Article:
Theft of all kinds is on the rise, a new analysis finds, despite pledges to crack down on burglary and car crime.
In all crimes, there were a total of 4.1 million reportable crimes in the first nine months of 2022 – up from 3.7 million in the same period the year before.
That’s an increase of 12 percent in one year, and the highest figure since at least 2014.
The House of Commons Library’s analysis shows that all forms of theft have increased over the past year.
Car thefts rose 30 percent to nearly 100,000 — the highest number in the first three quarters of any year since 2014.
Pickpocketing, burglaries and robberies had also increased over the past year, although not surpassing pre-Covid levels.
The new figures come after Rishi Sunak promised to force police to focus on community policing rather than so-called “awakened” concerns.
The new analysis found that there was also a large increase in arson, violent crime and rape, bringing the crime rate to its highest level in eight years.
And in the past year, the number of theft offenses has increased.
The Liberal Democrats said the numbers showed the Conservatives were allowing criminals to “riot”, and called for a return to community policing, with officers visible on the streets.
Alistair Carmichael, a Home Affairs spokesman, said: “This Conservative government is asleep at the wheel when it comes to tackling crime, which is spiraling under their watch.
“The Conservatives are too focused on their own party’s scandals and are disappointing victims by allowing criminals to riot across the country.
“The Liberal Democrats are calling for a return to proper community policing, where local people are supported by their police team who have time to focus on preventing crime.”
The House of Commons Library, commissioned by the Lib Dems, compared crime statistics from January through September 2022 to the same nine months the previous year.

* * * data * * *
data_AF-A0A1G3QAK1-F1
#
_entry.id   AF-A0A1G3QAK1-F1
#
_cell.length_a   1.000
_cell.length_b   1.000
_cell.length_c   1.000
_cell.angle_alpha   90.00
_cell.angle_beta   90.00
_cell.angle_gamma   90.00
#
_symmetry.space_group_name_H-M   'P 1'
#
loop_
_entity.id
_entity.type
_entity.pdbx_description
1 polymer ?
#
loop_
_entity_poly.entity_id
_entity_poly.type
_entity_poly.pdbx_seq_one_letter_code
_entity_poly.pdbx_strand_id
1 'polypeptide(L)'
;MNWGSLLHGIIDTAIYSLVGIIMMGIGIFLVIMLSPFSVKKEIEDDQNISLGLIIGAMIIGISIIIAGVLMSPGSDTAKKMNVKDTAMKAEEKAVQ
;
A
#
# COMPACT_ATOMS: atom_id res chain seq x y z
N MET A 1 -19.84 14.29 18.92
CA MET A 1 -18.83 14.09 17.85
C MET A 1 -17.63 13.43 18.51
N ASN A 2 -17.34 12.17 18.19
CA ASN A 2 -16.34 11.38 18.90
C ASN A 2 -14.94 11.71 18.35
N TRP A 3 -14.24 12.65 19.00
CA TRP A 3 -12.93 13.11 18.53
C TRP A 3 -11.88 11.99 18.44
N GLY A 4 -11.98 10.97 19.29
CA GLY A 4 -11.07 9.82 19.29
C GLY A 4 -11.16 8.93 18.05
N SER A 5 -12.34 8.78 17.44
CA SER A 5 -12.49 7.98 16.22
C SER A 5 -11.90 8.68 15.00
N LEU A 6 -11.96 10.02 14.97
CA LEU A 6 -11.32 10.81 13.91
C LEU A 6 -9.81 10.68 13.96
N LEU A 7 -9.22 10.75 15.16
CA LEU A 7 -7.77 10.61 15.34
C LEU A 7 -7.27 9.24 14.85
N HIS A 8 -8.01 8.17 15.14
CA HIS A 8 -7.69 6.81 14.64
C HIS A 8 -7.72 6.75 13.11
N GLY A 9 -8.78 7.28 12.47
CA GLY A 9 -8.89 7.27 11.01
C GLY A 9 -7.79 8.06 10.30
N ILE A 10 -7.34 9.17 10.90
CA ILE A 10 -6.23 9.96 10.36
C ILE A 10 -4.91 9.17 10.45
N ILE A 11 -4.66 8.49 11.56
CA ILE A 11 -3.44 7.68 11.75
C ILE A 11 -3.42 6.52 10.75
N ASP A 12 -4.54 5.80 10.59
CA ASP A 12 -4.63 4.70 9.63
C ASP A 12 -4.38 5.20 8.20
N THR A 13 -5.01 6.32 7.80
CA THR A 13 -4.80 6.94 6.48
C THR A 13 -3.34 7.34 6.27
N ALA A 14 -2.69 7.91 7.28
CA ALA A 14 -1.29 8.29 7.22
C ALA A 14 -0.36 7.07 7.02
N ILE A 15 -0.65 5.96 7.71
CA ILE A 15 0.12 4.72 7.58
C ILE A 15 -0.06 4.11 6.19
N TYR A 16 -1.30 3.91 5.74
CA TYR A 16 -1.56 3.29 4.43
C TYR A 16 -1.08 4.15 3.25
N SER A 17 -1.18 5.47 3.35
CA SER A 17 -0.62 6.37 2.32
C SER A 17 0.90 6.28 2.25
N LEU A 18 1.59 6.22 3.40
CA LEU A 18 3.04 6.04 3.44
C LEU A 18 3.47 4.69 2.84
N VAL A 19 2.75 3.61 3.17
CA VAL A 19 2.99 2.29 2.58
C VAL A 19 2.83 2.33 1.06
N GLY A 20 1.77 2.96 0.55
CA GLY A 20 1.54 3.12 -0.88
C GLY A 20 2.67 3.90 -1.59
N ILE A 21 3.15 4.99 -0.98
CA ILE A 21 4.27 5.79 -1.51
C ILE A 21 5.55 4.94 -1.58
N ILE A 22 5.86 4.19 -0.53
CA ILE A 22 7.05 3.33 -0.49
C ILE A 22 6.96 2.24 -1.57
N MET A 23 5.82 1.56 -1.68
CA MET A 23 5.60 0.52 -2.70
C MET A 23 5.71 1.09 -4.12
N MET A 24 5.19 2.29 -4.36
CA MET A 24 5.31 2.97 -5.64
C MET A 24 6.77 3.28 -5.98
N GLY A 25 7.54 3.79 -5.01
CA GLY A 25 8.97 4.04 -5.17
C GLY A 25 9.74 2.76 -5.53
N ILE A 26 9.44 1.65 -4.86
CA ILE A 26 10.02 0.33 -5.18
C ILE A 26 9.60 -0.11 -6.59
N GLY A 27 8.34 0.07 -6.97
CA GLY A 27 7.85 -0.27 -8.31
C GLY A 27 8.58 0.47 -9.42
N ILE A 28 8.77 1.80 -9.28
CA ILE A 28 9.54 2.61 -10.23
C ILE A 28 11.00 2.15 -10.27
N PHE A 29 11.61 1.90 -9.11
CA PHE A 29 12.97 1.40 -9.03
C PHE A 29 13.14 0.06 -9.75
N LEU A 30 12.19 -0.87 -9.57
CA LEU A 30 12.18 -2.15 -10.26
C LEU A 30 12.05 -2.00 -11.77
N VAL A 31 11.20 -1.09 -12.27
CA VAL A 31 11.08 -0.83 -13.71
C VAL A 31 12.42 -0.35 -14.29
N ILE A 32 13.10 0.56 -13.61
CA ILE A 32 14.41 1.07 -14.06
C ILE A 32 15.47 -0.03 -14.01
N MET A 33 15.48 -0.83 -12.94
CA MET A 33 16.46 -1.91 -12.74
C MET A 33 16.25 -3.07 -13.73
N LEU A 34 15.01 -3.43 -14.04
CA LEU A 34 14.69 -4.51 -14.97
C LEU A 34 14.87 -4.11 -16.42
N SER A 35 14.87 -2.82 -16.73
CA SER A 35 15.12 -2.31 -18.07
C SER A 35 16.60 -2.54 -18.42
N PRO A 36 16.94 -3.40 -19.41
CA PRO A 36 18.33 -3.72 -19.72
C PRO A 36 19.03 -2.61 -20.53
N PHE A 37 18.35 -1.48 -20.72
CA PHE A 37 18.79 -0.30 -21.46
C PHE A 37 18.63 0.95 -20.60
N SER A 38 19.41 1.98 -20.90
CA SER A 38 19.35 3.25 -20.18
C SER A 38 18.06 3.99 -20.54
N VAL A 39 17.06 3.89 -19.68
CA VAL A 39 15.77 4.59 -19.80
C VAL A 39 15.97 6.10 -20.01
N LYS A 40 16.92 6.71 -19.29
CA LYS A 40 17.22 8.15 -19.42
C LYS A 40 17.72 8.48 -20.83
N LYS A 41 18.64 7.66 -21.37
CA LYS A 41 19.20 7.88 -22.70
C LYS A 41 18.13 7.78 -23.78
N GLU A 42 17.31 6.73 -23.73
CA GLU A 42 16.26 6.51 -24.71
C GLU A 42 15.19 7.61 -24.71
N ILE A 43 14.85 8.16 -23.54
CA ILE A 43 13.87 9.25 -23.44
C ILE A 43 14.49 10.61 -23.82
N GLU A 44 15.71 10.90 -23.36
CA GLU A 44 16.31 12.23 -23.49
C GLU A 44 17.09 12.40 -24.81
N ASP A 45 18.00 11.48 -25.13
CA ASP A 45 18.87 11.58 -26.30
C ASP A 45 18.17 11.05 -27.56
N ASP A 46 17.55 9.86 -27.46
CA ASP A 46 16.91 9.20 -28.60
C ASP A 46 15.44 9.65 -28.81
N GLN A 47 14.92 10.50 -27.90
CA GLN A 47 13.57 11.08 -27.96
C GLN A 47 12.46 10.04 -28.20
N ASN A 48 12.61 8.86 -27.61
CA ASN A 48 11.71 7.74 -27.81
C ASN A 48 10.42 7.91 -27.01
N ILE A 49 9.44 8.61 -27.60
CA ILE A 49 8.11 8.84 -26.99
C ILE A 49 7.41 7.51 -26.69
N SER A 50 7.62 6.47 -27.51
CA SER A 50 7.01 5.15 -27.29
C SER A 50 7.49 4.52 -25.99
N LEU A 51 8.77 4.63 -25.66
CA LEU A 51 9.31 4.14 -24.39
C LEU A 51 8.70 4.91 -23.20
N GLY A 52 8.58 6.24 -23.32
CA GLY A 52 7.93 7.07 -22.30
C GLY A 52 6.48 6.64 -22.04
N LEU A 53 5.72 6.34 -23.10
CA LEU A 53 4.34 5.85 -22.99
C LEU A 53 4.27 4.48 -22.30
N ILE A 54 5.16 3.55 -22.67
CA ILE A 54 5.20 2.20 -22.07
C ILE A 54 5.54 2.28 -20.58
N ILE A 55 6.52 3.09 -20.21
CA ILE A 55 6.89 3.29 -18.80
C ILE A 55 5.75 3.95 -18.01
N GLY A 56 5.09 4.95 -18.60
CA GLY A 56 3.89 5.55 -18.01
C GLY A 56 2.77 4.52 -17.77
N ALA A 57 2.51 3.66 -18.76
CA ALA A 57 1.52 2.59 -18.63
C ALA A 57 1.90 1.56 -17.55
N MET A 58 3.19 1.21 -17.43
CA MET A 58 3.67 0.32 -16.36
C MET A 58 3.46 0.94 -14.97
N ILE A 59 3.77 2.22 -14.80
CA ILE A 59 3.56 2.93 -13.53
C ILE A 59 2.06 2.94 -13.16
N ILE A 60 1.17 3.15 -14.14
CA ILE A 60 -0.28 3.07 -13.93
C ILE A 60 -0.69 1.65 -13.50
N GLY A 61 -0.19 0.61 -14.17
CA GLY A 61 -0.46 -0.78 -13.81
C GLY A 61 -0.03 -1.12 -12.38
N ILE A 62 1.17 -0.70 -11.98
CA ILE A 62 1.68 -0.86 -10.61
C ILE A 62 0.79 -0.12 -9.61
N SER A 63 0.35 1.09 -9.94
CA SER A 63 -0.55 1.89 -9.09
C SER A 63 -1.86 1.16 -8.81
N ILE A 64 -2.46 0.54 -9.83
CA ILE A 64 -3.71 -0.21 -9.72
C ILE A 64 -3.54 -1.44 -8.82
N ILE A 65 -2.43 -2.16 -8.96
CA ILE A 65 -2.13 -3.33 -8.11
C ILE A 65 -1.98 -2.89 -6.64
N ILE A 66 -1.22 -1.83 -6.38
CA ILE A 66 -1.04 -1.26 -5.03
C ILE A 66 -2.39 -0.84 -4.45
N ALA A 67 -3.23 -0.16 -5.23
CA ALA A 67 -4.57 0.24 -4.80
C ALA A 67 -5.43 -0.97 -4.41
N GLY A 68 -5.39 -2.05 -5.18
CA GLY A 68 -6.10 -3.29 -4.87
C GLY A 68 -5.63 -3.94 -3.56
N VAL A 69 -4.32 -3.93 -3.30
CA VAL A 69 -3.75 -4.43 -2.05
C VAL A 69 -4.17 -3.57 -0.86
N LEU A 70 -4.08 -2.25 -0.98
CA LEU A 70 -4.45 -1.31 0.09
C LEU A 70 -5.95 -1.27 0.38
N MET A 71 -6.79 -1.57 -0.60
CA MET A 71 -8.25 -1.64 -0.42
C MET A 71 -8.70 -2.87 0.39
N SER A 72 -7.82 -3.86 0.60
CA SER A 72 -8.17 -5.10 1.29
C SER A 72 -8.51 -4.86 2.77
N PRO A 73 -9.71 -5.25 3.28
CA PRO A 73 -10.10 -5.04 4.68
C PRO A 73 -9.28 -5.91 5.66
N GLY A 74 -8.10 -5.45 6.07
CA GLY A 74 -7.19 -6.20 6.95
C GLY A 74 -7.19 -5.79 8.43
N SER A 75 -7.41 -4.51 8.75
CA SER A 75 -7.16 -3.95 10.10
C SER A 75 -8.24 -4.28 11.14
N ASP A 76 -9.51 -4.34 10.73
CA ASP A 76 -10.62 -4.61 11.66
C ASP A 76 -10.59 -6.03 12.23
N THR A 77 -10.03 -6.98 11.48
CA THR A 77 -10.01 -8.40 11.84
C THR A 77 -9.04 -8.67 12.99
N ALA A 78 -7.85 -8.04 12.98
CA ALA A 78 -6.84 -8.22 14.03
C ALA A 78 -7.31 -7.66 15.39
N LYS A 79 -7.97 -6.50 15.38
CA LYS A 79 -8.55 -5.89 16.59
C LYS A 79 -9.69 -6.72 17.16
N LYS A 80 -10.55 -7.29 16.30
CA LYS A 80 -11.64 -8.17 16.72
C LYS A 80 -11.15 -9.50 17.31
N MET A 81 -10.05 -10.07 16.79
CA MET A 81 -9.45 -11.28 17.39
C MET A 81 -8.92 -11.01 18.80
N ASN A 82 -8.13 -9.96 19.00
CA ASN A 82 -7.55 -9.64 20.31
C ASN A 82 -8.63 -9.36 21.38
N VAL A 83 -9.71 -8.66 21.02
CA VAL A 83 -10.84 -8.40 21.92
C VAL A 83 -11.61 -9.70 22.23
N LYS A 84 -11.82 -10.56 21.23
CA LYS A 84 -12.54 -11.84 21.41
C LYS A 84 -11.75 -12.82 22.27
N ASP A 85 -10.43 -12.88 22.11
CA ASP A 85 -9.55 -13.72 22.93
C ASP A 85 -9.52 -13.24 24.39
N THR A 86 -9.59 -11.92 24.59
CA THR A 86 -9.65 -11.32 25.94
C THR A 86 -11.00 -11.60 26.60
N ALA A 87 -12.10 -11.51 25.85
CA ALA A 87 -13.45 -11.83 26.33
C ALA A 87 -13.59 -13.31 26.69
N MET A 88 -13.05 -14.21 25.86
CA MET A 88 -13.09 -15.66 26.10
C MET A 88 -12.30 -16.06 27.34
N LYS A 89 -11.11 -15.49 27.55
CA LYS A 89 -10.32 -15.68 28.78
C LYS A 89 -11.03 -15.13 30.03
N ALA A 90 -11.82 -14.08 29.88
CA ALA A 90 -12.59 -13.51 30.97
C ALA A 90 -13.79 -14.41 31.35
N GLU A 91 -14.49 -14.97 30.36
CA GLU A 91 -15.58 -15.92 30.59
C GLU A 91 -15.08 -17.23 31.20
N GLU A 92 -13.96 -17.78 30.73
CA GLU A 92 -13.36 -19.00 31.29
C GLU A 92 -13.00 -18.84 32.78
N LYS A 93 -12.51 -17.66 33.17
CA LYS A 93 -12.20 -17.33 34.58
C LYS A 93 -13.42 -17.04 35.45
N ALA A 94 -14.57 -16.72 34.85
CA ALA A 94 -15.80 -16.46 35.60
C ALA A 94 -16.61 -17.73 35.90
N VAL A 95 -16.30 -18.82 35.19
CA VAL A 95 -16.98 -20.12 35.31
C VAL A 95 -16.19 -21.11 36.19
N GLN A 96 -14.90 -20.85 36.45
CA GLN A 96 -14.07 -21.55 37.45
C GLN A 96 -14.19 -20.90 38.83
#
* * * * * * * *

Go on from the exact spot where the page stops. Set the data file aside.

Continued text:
In total, the number of crimes rose from 3,742,541 to 4,714,205. The figures exclude fraud offenses, which have also increased.
All forms of criminal theft reported a dramatic increase in the past year, the analysis found.
The biggest increase was on-person theft, including pickpocketing. It increased by 59 percent, from 47,645 cases in the previous period to 75,906. However, this only bounced back to pre-Covid pandemic levels.
However, motor vehicle theft rose 30 percent to 97,225, surpassing all figures from January to September as early as 2014.
The figures also show that the number of arson, violent crimes, rape and stalking crimes and weapons possession crimes is at the highest level since 2014.
In the past year, violence with injuries increased by 13 percent to 437,141 and violence without injuries increased by 11 percent to 627,740.
Arsons rose 27 percent to 22,842, while rapes increased 8 percent to 52,744.
Home burglaries rose 6 percent to 142,430, but this was no higher than before the Covid pandemic.
Personal property theft, also known as robbery, increased by 18 percent, although this also came in line with pre-Covid levels.
When he became Prime Minister in October, Mr Sunak said he wanted to end the focus on “wake up” policing and encourage a back to basics approach pioneered by Greater Manchester Police.
It follows criticism of Lincolnshire police officers dancing the Macarena at a Pride event and, earlier, officers taking the knee in solidarity with anti-racism rallies while policing the event.
Government sources told The Telegraph: “We want to get officers to the frontline to do what they are supposed to do, which is to prevent and solve crime.
“The Chief Constable of Greater Manchester has done a great job of that. We want to see what Greater Manchester has done to other armed forces.”
A Home Office spokesman said: “The Crime Survey is the best measure of overall crime and theft. It shows that overall crime in the year to September 2022 is down 10 percent compared to the pre-pandemic year to March 2020, and theft is down 20 percent.
“As the Office for National Statistics makes clear in their publication, the increase in police recorded crime between 2021 and 2022 will be impacted by both the easing of Covid restrictions and changes in police reporting and record-keeping.”